This is the generation that is now coming into its own in the United States today. Generation X has officially hit 40 and our President Obama is from this generation. Although the marketing gurus have long attempted to usurp the power of Generation X by re-packaging them as a group that contains fewer than 20 years of people, the fact remains that any and every generation consists of people born within a 20-year period. Generations are not defined by wars or economic busts; they are defined by 20 solid years. This generation was born between 1961 and 1980.

Generation X grew up with very self-centered parents who shoved them aside for their own personal reasons. The message to Generation X from its parents was "You are not as important as I am, so sit down and shut up." In many ways, we can see how this message bled over into the marketing treatment of this generation as they became a force to reckon with. The older generation did not want to give up its power, so it kicked the younger generation, calling them "slackers," "lazy," and "underachievers." and making them into a group of fewer than 20 years.

Because Generation X was the younger, less powerful group, it became disenfranchised and its power was usurped in many respects. For this reason, when hiring people of this generation, it is important to remember what is important to them. Contrary to what you may believe, this group does not need to feel important or powerful. They learned from birth to derive their sense of self and significance from within and from their spiritual center.

As their employer, remember that this group is not as motivated by your cheering sessions or your corporate kudos. Its members see such tactics as too close to Mom and Dad; talk is cheap. This group of salespeople will be motivated by 1) how much you pay; 2) how well you respect the balance of their lives; and 3) your offer of both opportunity and independence.
Generation Y

Generation Y has many of the same concerns as Generation X, but its members tend to be even more independent and self-defining. Generation Y comprises those born between 1981 and 2000. The top part of this generation is in their mid-20s and beginning to hit the workforce from college. They are much more technology-oriented and more introverted in their social lives. They hold many of the same values as Generation X in terms of balancing work and family life; they, too, experienced a lot of imbalance and alienation early in life.

Overall, this generation is far more irreverent than Generation X, or at least they are more vocal about their irreverence. Both Generations X and Y are less likely to take you at your word. They are more skeptical than trusting, and they wait to see results. They are less interested in building your sales kingdom than they are in making their own lives into a success story.

When hiring them for your sales team, the key to success with both of these generations is to explicitly show them how they can make their own lives into a success by joining forces with your company. When interviewing them, you will want to learn about their personal and professional goals. See if you can find tangible ways in which you can demonstrate to them that they will grow into their ideal by partnering with your company.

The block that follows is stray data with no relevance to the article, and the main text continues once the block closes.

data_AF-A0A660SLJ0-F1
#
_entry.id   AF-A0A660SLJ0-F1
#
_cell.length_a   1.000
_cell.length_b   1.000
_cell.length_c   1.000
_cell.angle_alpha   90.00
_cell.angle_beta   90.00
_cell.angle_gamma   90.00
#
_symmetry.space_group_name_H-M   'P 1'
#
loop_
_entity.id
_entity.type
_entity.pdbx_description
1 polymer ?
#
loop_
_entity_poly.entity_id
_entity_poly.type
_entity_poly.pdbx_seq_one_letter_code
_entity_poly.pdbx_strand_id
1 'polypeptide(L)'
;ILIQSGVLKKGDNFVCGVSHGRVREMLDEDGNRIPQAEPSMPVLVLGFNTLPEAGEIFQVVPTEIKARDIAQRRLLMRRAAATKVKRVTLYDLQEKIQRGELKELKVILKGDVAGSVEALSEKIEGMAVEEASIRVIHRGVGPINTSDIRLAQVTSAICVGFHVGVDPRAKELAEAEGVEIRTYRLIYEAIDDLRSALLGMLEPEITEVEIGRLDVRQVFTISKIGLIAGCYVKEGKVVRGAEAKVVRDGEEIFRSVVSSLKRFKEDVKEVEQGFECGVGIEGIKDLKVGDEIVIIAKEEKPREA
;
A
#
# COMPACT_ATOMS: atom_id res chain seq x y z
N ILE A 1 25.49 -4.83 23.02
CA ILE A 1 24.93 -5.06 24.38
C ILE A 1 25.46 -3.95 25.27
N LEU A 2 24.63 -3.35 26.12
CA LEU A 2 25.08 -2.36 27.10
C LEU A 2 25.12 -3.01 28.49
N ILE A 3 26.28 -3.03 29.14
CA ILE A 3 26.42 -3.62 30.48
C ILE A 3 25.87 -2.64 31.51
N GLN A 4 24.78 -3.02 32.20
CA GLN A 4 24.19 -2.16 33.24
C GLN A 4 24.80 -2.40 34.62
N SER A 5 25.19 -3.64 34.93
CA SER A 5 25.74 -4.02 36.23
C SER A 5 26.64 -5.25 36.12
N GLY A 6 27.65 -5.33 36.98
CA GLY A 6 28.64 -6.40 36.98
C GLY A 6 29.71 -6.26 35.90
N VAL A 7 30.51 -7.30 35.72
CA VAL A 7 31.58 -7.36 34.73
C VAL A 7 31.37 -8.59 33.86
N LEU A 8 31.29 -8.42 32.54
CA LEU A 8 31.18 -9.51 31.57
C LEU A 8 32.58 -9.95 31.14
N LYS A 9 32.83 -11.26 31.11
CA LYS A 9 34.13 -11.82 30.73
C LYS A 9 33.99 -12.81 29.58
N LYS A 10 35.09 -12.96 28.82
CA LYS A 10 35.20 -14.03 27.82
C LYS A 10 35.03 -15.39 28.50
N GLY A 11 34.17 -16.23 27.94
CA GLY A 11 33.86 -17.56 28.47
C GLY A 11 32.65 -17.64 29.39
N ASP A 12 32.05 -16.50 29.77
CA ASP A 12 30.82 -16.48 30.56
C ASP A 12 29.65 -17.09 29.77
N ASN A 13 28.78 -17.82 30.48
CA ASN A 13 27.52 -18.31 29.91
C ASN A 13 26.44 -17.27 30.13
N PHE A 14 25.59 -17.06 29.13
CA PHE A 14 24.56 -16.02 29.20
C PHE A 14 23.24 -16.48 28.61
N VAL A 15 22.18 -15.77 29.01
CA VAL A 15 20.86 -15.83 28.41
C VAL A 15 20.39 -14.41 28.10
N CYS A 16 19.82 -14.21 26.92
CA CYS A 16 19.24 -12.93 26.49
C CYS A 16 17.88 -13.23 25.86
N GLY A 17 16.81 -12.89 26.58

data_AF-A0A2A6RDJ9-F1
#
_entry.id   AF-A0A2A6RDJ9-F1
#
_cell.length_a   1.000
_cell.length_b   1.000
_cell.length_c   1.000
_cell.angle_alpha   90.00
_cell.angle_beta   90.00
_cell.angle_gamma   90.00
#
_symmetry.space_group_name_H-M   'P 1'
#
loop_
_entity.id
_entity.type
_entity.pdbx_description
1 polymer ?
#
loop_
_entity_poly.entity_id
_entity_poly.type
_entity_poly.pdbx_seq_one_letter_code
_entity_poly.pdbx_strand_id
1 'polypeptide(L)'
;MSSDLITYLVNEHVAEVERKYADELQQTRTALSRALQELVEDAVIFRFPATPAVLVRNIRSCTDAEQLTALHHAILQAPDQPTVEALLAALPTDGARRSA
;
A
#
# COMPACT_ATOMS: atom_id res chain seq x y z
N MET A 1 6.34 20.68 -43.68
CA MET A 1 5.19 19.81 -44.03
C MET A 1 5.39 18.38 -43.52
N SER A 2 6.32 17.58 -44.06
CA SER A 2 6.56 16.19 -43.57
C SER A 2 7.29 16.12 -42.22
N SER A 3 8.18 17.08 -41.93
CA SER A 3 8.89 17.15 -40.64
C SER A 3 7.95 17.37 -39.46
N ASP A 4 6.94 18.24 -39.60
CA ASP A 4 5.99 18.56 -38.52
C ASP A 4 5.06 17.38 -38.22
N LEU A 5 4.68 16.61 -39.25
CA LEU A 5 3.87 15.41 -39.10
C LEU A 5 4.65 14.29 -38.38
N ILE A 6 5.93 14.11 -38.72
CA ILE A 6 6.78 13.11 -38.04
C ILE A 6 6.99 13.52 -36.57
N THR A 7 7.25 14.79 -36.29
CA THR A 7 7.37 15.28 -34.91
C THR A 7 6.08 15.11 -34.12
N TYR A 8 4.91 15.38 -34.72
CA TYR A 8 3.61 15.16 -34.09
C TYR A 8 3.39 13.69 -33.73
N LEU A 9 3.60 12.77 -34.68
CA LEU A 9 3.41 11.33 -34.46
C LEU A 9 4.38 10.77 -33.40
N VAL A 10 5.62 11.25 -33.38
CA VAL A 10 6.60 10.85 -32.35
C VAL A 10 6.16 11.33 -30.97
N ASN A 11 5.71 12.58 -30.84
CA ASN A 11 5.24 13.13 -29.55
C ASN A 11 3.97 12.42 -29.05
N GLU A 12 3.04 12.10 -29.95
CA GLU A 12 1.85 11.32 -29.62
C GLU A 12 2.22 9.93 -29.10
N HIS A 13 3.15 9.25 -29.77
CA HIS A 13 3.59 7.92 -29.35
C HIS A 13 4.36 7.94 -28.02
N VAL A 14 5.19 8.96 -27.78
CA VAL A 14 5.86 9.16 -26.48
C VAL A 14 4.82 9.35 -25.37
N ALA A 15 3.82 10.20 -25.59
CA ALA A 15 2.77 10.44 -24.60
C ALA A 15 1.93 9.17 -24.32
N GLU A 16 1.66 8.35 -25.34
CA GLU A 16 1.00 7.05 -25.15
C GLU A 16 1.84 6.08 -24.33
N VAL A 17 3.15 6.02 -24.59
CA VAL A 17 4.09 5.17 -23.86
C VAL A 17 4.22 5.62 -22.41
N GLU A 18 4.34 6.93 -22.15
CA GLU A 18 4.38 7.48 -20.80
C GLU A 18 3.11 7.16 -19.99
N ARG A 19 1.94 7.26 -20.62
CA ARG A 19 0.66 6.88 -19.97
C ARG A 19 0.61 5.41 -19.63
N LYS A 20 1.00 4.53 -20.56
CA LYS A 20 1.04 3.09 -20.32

Baby Boomers

The Baby Boomer generation got its name from the procreation boom that happened after World War II. Although the generation officially began in 1941 and ended in 1960, and although the U.S. was at war only a few of those years, this generation was labeled "boomers" because of the large surge in childbirths following the war. The Baby Boomers were the original hippies of the 1960s, as that was the decade in which they became adults and began to have a voice in the political dialogue of the American culture.

It is with this generation that the ideals of socialism and communism were introduced into the mainstream dialogue of the American culture. There were social injustices in the U.S., and the young people reached outside of their culture to find answers. Yet, in many ways, they wanted the best of both worlds. The Baby Boomer generation has enjoyed the benefits of capitalism while vocally holding it in contempt. They have enjoyed the benefits of a competitive society while promoting the idea that a non-competitive society is better for everyone.

In these ideals, the Baby Boomer generation has failed. While its members successfully righted wrongs, primarily those of race and gender, they failed to protect their own long-term interests when they began to undermine the basics of capitalism. The epitome of this failure occurred in the 1990s, when President Clinton sought serious economic and trade relations with China.

The ideological failure was evident in that President Clinton's economic and trade relations with China were primarily for the purpose of tapping the energy and power of a large population that desired what America had and would work hard to get some of it. In other words, this was an admission that American capitalism and competitiveness work and are at the core of successful societies.

When hiring a Baby Boomer, this ideological fact is not lost on them. They understand, perhaps as later generations have not, that they must compete with one another and with the world. It is the competition of capitalism that makes the sales staff strong and it is an essential key to the staff's views and productivity. In this sense, the Baby Boomer salesperson will be a natural fit to your sales staff in ways that later generations may not.

The later generations will have to have significant training in competitive ideals and will need the latitude to make adjustments to meet their own needs for balance and family. Regardless of which generation of salespeople you find yourself hiring, you should be able to adjust your ideas and expectations so that you do not grossly offend them or turn them away. After all, if they have the driven, "Type A" personality, then they will want to produce high sales regardless of their culture or generation.

Words to Know

  1. Individualism: the capitalist ideal that individuals should be the primary beneficiaries of the fruit of their labor; that individuals are responsible for their own successes and failures in life, and that each person has a responsibility to dust off his or her own pants when life knocks that person down.
  2. Collectivism: the socialist ideal that the society should be the primary beneficiary of the fruit of the labors from each person; that individuals are responsible to others to make others successful in life; and the notion that when a person fails, it is the responsibility of everyone else to pick up that person and make him or her successful again.
  3. Generation X: The U.S. population born between 1961 and 1980.
  4. Generation Y: The U.S. population born between 1981 and 2000.
  5. Baby Boomers: The U.S. population born between 1941 and 1960.